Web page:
Ichtaca Arrizon brought his daughter to the Fiesta de Las Estrellas to learn about the universe and her ancestors. He told her that they relied on the skies for inspiration, romance, to escape, to learn and for survival.
“For years, your ancestors used the night skies to tell stories of morality, to know our place in the universe, and for travel. We have to keep the skies dark so we ourselves aren’t left in the dark.”
Some families at the star party could relate to the experience of living under a sky with 12 stars, as astrophysicist Neil deGrasse Tyson describes from his youth in the Bronx where the night sky was little more than a few stars.
“You’re so lucky to be able to see this every night!” a mother told her daughter while pointing at the Milky Way. She talked about the 1994 Northridge Earthquake in Los Angeles that caused a city-wide power outage.
Multiple emergency calls were made that night by residents who stepped outside and were startled by the “giant silvery cloud” they saw over the city. Kids at the star party laughed when they heard this. After spending an evening learning how to spot constellations embedded in the Milky Way, it seemed impossible not to recognize that silvery cloud. They pointed to Cygnus the swan flying down the river of stars, the Tea Pot releasing its stellar “steam” and Scorpius with its stinger stuck in the Milky Way.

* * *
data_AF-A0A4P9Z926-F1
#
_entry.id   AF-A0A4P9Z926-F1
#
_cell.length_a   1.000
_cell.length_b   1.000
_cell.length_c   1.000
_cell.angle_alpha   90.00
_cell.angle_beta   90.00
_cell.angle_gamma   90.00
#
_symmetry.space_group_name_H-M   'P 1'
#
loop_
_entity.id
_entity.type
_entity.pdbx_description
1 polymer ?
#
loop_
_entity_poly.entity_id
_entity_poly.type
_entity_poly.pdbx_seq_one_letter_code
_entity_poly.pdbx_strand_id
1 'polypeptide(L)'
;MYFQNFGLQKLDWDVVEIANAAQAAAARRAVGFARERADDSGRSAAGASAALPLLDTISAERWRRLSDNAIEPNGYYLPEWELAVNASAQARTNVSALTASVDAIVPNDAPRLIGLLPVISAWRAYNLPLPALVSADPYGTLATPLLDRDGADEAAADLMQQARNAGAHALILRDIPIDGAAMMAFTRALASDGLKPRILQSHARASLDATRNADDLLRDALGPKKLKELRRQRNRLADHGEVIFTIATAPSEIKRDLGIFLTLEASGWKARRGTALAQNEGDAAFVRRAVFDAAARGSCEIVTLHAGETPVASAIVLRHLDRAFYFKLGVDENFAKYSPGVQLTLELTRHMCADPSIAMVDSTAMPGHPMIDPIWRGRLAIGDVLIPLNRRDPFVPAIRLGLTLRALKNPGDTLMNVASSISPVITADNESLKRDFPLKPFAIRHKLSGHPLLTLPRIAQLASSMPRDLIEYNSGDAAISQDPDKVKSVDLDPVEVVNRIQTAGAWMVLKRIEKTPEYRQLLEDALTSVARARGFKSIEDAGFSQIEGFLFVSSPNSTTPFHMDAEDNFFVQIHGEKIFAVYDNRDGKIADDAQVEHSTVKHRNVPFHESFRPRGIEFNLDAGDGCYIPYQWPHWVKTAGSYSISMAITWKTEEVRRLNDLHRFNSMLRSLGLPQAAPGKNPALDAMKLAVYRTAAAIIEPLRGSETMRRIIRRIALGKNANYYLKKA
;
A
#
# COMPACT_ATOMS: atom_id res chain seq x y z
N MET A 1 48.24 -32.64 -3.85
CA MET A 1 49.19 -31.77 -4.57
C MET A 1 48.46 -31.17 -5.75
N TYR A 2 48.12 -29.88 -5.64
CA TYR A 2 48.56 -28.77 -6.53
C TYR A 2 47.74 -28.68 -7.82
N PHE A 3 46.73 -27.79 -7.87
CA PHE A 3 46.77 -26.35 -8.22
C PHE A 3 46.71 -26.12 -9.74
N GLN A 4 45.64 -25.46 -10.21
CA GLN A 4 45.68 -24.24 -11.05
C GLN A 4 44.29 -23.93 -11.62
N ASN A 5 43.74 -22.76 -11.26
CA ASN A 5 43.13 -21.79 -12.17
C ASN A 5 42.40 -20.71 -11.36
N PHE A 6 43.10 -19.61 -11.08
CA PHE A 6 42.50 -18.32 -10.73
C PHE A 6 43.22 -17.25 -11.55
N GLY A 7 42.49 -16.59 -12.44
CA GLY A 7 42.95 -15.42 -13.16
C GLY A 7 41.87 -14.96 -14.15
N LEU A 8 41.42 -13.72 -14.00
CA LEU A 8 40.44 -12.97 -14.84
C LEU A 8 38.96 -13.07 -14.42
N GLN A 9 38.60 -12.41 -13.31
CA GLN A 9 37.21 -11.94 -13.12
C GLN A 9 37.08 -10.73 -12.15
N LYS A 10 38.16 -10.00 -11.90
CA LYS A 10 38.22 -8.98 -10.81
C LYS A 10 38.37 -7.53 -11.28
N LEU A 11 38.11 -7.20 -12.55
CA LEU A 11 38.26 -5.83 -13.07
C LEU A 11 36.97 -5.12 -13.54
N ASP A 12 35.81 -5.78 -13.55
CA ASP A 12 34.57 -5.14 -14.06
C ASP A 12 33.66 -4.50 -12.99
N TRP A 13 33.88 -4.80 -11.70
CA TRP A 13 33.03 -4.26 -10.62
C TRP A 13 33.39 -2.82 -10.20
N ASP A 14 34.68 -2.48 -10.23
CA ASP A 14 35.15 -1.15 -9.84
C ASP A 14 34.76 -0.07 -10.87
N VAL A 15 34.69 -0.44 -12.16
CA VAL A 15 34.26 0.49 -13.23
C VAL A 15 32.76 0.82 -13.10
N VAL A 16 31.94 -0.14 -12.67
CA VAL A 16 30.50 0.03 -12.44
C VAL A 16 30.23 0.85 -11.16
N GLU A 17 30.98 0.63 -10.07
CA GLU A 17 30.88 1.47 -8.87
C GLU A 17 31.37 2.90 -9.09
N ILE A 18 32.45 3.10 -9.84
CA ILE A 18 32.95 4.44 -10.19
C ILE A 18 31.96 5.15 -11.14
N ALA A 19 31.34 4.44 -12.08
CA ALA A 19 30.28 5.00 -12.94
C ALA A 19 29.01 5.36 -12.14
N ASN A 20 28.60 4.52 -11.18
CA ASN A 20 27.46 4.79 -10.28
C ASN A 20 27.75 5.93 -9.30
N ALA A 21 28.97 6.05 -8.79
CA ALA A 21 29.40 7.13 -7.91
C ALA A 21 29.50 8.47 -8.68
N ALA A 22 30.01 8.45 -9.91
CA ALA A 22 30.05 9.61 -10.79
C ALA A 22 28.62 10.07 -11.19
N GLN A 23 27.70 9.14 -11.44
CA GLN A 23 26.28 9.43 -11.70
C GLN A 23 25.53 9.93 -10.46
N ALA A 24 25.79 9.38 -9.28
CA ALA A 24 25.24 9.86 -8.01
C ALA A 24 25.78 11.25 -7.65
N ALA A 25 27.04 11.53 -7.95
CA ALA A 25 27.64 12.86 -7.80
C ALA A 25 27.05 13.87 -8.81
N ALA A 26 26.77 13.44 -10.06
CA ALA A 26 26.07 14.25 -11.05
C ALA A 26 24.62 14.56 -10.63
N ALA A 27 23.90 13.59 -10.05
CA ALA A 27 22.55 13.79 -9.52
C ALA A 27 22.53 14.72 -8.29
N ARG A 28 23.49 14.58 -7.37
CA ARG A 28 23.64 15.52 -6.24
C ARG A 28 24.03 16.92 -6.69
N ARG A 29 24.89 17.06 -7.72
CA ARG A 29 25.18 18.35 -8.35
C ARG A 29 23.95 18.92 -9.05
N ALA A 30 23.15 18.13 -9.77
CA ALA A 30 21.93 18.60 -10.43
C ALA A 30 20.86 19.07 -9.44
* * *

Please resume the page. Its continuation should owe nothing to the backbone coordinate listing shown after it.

The BLM recognizes that starry night skies and natural darkness are important parts of national conservation lands and that many NCAs are some of the last remaining harbors of darkness. Sky glow from St. George was visible on the horizon during the Fiesta de Las Estrellas, but we could still see the Milky Way. The outer arm of our galaxy floated luminously above the cliffs and ramparts of the Red Mountain Wilderness, illustrating the relationship between protecting the land below and the skies above.
Conserve Southwest Utah and SUNCLF work with our community to help the BLM steward the Red Cliffs National Conservation Area and the nine resource values it was designated to protect for present and future generations. Some of these resources are solid and sturdy, like the desert tortoise. But others – like solitude, natural quiet, and natural skies – are more subtle.
These “natural values” can be experienced inside the NCA in the Cottonwood Canyon and Red Mountain Wilderness areas, less than a 15-minute drive from downtown St. George. These places to escape the hustle and bustle support our physical, mental and emotional health and will become increasingly valuable as our community continues to grow.